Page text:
- women had a strong perception that family law was over-emphasised at the expense of their protection (from p27)
- women reported that undertakings were ineffective and inappropriate (from p28)
The aim of this study was to ‘determine which factors were associated with (1) female experiences of intimate partner violence (IPV), (2) female reporting of physical or sexual assault by an intimate partner to the police and (3) females seeking help and support after experiencing IPV’. It found that, ‘[t]he risk of IPV varies greatly across the community. Factors associated with a higher risk of IPV included being younger, Australian-born, having a long-term health condition, lacking social support, experiencing financial stress, having previously been a victim of child abuse and having experienced emotional abuse by an intimate partner’ (p.1).
It also found that, ‘[w]here the most recent incident of physical or sexual assault in the last two years was perpetrated by an intimate partner, less than one in three assaults were reported to the police. Intimate partner assaults were less likely to be reported to the police if the perpetrator was still a current partner of the victim at the time of the interview, the assault was sexual (not physical) and if the victim perceived the assault was “not a crime” or “not serious enough”. Having a physical injury after the incident was associated with an increased likelihood of reporting the assault to the police. Where the most recent incident of violence (assaults and threats) was perpetrated by an intimate partner, a counsellor or social worker was consulted after 30% of all incidents’ (p.1).
This document reviews all State and Territory and New Zealand domestic violence- specific laws providing for the making of protection orders as at 2009. Among other matters, it identifies the range of relationships within the legislative scope of domestic and family violence legislation and identifies how it varies across Australia in terms of the kinds of behaviours covered and the types of orders that can be made.
This paper reports on some of the findings from a survey conducted with 66 judicial officers from Victoria and Queensland. The survey invited their views on domestic and family violence and judicial education for domestic and family violence. Almost half of the participants reported family violence matters was one of their primary work areas. The focus of this report is on elements relating specifically to judicial officers’ views on judicial education in the areas of domestic and family violence however the report writers discuss literature previously published about judicial understandings and attitudes to domestic and family violence, see especially pp16-20.
There is an excellent fact sheet on pp.2-4 with an overview of the most recent statistics on the burden on the health of women and their children of intimate partner violence (IPV). A textual overview of the key findings is available at p.7 of the report. Some of these findings about intimate partner violence are that:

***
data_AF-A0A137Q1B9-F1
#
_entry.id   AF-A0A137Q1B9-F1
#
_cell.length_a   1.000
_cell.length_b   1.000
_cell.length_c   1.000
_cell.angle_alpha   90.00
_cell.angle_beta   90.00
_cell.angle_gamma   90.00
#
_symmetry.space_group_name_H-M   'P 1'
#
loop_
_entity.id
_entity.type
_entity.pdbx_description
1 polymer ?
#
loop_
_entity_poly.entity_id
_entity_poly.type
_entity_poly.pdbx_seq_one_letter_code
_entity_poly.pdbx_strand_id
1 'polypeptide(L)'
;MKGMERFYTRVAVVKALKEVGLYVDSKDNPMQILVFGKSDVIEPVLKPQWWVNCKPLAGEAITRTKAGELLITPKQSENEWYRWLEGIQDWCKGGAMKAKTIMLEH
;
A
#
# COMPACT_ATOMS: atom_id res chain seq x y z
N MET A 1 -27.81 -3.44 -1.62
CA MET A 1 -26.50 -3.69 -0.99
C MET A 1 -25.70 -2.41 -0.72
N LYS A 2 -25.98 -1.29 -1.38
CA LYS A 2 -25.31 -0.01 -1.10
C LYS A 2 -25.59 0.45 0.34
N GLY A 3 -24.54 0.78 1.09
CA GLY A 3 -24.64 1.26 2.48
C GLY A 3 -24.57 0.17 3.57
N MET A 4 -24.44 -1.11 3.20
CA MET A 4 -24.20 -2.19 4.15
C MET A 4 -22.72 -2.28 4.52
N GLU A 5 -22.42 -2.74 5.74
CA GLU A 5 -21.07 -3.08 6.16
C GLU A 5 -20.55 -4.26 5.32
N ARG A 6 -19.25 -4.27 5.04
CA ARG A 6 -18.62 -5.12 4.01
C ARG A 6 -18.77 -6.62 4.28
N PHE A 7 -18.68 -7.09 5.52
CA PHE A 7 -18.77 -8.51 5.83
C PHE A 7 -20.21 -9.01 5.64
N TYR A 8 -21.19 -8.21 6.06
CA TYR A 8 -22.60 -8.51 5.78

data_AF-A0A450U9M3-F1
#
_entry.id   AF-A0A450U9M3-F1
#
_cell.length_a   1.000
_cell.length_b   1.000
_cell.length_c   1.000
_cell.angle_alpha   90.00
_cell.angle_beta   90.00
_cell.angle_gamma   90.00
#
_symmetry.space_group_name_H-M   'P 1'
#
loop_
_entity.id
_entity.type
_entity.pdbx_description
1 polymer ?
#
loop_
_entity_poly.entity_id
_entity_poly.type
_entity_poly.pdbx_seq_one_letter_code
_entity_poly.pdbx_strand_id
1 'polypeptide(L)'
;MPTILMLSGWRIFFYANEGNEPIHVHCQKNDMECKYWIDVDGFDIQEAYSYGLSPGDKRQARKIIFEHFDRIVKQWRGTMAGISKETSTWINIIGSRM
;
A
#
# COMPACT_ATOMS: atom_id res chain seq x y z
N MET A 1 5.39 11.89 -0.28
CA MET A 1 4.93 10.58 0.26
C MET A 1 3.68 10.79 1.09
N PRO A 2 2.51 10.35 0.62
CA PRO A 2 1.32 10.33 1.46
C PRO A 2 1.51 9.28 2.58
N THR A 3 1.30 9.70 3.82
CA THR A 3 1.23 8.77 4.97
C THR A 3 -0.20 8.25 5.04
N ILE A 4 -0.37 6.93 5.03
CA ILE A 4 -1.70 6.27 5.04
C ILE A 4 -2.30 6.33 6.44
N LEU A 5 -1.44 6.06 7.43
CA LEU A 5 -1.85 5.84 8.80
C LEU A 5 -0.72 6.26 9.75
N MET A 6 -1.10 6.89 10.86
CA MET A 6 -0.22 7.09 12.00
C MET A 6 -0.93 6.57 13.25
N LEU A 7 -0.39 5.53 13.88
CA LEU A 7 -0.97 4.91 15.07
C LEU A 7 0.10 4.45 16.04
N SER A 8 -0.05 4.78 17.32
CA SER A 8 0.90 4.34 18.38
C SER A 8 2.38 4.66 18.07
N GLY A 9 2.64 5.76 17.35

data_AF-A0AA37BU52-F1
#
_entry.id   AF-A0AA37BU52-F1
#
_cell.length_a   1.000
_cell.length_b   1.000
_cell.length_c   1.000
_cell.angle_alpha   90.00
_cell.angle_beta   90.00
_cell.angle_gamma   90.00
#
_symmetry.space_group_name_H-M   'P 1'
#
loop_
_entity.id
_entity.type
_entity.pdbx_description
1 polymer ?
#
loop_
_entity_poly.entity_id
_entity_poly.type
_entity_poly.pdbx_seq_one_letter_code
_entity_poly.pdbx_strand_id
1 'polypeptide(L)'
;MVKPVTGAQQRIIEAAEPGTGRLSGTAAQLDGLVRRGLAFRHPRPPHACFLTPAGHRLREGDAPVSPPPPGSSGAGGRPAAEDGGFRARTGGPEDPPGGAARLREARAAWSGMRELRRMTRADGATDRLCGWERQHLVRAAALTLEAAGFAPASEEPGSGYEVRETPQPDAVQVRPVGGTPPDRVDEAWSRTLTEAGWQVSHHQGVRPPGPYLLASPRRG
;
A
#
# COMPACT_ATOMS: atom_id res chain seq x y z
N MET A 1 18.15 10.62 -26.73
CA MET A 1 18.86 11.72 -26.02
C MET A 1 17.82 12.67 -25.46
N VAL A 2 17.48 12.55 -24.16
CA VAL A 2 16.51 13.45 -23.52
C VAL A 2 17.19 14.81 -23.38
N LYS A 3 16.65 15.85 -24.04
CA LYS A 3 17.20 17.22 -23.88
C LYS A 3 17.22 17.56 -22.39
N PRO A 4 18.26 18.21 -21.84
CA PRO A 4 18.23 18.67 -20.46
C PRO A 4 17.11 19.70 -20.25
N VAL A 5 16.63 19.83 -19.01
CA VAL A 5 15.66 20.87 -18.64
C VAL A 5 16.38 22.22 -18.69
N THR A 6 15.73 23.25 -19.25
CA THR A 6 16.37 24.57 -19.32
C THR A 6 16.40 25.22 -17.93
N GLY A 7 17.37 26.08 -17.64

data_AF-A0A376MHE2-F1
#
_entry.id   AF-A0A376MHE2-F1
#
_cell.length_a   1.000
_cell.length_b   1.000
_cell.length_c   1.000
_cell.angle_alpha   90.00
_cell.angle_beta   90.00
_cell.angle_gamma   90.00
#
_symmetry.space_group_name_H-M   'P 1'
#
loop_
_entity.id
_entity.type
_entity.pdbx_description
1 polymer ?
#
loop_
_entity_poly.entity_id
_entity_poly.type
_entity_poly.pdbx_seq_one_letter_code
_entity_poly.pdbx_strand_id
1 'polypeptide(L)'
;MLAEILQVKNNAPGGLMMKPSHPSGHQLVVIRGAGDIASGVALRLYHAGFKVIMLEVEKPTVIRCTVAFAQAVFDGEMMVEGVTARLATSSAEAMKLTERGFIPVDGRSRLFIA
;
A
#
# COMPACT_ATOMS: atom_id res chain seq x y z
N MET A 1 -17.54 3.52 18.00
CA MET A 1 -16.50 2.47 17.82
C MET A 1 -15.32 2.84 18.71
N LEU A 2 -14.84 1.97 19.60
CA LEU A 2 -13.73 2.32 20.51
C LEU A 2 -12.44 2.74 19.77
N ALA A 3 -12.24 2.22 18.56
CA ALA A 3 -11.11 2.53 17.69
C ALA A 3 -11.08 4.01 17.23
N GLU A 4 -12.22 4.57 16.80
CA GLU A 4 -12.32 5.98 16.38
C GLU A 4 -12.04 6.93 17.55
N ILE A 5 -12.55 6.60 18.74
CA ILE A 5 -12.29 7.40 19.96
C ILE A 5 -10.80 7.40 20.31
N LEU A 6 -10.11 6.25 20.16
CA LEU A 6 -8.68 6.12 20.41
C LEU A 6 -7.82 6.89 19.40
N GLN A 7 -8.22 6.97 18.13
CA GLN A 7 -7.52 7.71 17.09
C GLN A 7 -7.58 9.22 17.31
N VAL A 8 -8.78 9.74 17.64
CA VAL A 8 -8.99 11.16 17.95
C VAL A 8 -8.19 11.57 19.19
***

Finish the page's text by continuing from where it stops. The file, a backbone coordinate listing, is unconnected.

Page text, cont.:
- IPV is prevalent and it affects one in three women since the age of 15. ‘One in four women have experienced violence or abuse from a cohabiting partner. If we only consider physical and sexual violence, then one in six women have experienced at least one incident of violence by a cohabiting partner’.
- It has serious impacts on women’s health including poor mental health, problems during pregnancy and birth, alcohol and illicit drug use, suicide, injuries and homicide.
- Contributes an estimated 5.1% to the disease burden in Australian women aged 18-44 years and 2.2% of the burden in women of all ages.
- IPV is estimated to make a larger contribution than any other risk factor to the gap in the burden between Indigenous and non-Indigenous women aged 18-44 years.
The report further notes that ‘there has been no increase in the prevalence or health burden of intimate partner violence since both were last measured in Australia’. It provides key strategies to reduce the health burden of intimate partner violence.
Hyman, Judge Eugene M. and Liberty Aldrich, ‘Rethinking Access to Justice: The Need for a Holistic Response to Victims of Domestic Violence’ (2012) 33 Women’s Rights law Reporter 449.
While this paper has been written by a US based judge his overview of the issues suggests strong similarity with some of the issues reported in the Australian context. Justice Hyman highlights the variety of issues in the court system in addressing domestic violence, including lack of information-sharing, and court structures creating silos for specific legal issues where families experience multi-faceted ones. It discusses the specific court structure of California’s superior court system, including the Family, Probate, Juvenile (Dependency and Delinquency) and Criminal Courts, and the training the respective judges receive to deal with domestic violence. It encourages judicial education on domestic violence, and better understandings of the roles of each of the various players at court.